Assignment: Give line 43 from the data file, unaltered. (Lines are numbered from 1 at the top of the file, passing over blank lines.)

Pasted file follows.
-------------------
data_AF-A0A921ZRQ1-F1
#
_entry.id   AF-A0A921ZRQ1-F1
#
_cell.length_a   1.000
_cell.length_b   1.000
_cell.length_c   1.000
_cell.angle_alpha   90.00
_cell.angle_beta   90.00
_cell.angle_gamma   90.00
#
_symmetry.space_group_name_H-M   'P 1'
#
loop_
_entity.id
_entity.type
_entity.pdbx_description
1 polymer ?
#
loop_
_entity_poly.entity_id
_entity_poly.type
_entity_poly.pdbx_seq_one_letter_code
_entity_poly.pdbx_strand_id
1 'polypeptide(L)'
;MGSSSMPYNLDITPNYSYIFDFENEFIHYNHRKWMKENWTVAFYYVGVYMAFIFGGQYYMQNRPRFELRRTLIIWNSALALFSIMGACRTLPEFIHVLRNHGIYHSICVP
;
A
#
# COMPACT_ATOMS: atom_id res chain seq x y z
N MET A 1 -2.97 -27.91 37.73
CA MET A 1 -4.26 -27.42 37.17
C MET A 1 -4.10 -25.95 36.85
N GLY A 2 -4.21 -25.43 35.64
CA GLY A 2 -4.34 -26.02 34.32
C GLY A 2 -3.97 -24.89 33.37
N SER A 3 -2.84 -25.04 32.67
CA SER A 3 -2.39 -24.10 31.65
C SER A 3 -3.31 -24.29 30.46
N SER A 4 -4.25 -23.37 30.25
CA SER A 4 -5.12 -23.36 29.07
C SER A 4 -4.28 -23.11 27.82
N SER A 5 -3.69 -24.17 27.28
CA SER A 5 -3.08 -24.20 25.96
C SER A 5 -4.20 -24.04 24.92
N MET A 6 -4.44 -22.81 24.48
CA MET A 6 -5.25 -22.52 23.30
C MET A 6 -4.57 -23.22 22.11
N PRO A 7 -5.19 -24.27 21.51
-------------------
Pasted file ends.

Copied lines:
N SER A 5 -3.69 -24.17 27.28